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Topic: Post Traumatic Stress

Four Fort Campbell Warrior Transition Battalion Soldiers to compete in 2019 Warrior Games

 

Blanchfield Army Community Hospital (BACH)Fort Campbell, KY – On June 21st through June 30th, 2019, Four Soldiers assigned to the Fort Campbell Warrior Transition Battalion will compete in Tampa Florida in the 2019 Department of Defense Warrior Games hosted by the U.S. Special Operations Command.

The DOD Warrior Games is an adaptive sports competition for wounded, ill and injured service members and veterans. The games highlight the resiliency and warrior spirit of participants despite their wounds, injury or illness.

Shay Hampton, Department of Defense Warrior Games athlete raises the ceremonial torch at the opening ceremony of the Games in Colorado Springs, Colorado, June 2, 2018. This year's opening ceremony is June 22 in Tampa, Florida. Four Soldiers from the Fort Campbell Warrior Transition Battalion are among the 300 U.S and international competitors.  (U.S. Air Force, Senior Airman Dennis Hoffman)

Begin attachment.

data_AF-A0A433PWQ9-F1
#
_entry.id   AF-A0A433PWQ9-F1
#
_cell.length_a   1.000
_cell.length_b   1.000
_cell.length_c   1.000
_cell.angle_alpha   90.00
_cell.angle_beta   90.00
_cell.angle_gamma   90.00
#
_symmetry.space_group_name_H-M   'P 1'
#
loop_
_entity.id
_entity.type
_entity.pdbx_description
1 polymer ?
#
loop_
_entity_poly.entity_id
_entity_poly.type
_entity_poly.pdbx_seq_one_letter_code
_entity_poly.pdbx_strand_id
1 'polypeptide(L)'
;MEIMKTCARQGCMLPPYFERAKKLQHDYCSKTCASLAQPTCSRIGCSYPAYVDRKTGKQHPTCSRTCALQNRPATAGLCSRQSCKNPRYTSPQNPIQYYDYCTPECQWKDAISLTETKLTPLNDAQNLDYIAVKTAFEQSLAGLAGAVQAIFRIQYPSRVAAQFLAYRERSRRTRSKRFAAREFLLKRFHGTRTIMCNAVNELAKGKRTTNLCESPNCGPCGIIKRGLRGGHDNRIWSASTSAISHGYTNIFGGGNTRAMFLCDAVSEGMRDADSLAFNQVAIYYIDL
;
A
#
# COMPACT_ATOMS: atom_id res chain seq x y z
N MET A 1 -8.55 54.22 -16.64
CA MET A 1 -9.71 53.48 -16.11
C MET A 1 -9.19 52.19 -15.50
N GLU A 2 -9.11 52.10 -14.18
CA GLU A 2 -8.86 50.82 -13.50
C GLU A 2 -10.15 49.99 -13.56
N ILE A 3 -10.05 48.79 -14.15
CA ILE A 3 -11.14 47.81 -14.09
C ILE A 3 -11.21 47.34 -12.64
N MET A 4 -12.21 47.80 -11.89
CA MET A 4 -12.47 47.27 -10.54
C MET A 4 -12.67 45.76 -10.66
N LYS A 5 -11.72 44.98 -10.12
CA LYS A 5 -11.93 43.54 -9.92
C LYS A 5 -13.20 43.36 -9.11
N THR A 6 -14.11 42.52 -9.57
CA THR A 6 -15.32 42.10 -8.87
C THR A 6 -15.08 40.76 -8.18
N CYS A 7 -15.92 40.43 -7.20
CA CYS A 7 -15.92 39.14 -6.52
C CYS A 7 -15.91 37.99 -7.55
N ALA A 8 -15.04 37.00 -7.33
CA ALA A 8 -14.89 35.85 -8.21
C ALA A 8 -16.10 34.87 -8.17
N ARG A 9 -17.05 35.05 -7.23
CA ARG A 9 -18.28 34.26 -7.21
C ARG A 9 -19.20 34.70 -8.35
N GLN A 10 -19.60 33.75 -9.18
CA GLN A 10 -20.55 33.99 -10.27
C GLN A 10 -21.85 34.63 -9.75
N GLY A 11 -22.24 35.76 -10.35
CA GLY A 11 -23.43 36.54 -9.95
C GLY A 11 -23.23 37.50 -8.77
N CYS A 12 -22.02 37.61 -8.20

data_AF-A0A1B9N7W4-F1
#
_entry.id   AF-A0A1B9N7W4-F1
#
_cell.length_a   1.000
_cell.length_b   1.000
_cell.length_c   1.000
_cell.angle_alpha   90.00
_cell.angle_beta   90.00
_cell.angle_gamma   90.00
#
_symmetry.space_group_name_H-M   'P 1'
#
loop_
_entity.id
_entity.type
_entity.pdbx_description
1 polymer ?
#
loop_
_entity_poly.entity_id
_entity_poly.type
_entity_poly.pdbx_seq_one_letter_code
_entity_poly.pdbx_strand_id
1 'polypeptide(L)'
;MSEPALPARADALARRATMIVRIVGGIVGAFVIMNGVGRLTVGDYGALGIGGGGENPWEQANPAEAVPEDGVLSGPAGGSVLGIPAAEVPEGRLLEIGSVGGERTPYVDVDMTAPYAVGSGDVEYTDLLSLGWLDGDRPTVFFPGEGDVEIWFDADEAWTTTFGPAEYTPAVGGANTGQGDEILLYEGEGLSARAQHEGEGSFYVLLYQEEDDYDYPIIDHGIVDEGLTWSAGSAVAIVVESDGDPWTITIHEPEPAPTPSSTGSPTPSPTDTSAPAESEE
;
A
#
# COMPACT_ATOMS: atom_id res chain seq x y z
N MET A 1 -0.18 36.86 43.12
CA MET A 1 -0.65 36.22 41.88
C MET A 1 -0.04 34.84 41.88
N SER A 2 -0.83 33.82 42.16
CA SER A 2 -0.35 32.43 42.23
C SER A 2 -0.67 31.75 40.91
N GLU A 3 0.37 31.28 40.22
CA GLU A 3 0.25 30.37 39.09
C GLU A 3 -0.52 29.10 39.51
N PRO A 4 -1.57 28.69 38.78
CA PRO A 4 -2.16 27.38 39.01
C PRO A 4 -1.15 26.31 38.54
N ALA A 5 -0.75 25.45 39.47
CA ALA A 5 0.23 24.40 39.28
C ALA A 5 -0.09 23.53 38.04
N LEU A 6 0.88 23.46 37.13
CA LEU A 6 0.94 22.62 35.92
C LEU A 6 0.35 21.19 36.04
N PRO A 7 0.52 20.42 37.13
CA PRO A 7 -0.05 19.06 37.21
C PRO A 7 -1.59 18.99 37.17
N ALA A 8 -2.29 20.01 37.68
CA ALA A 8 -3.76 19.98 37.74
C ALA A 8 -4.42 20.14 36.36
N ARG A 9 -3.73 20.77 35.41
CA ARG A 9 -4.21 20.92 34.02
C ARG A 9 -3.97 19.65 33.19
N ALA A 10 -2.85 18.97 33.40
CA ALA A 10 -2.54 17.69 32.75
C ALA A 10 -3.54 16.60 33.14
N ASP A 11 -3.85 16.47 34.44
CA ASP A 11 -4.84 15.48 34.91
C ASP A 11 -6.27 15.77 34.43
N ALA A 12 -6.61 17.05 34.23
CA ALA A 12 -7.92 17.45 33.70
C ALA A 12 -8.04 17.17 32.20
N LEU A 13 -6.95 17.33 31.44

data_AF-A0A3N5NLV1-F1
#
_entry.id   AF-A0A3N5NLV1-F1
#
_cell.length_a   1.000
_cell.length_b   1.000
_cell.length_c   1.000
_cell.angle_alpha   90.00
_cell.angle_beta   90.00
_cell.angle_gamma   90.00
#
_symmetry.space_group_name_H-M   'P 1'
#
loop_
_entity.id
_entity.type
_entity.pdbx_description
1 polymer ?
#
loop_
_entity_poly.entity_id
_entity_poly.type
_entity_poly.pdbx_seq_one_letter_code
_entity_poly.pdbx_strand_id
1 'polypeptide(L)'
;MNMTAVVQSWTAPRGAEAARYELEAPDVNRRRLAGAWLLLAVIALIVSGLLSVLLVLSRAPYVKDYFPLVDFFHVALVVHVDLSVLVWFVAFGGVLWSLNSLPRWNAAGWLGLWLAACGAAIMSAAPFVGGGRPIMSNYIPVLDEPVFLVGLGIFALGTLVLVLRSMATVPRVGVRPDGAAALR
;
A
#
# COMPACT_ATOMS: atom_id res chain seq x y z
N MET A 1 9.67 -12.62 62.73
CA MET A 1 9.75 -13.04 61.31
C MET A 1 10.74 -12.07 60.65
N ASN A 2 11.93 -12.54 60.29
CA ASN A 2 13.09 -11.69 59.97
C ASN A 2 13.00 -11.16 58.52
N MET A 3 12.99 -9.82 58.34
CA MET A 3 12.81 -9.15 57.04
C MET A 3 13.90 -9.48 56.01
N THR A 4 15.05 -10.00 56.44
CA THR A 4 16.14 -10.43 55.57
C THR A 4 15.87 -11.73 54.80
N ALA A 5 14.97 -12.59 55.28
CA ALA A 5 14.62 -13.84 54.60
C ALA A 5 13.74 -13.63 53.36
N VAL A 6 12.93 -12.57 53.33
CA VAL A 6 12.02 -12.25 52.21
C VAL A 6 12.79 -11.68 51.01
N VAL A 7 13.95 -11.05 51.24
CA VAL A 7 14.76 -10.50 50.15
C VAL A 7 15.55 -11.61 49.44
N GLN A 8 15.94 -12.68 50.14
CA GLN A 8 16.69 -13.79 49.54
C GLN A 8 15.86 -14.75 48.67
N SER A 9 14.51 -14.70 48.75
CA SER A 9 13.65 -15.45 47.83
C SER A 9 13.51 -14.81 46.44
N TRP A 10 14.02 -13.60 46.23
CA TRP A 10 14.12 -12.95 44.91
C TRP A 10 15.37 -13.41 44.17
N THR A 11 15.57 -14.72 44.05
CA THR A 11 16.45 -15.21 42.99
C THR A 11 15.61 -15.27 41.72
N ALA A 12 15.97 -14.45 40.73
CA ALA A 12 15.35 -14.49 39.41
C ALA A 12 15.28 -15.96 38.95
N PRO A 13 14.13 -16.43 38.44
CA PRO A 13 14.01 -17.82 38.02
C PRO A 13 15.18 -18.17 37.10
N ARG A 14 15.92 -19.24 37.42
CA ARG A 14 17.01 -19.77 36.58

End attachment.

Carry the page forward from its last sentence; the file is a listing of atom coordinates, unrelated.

Shay Hampton, Department of Defense Warrior Games athlete raises the ceremonial torch at the opening ceremony of the Games in Colorado Springs, Colorado, June 2, 2018. This year’s opening ceremony is June 22 in Tampa, Florida. Four Soldiers from the Fort Campbell Warrior Transition Battalion are among the 300 U.S and international competitors. (U.S. Air Force, Senior Airman Dennis Hoffman)

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American Heart Association study shows Veterans with depression and/or PTSD more likely to seek cardiac rehab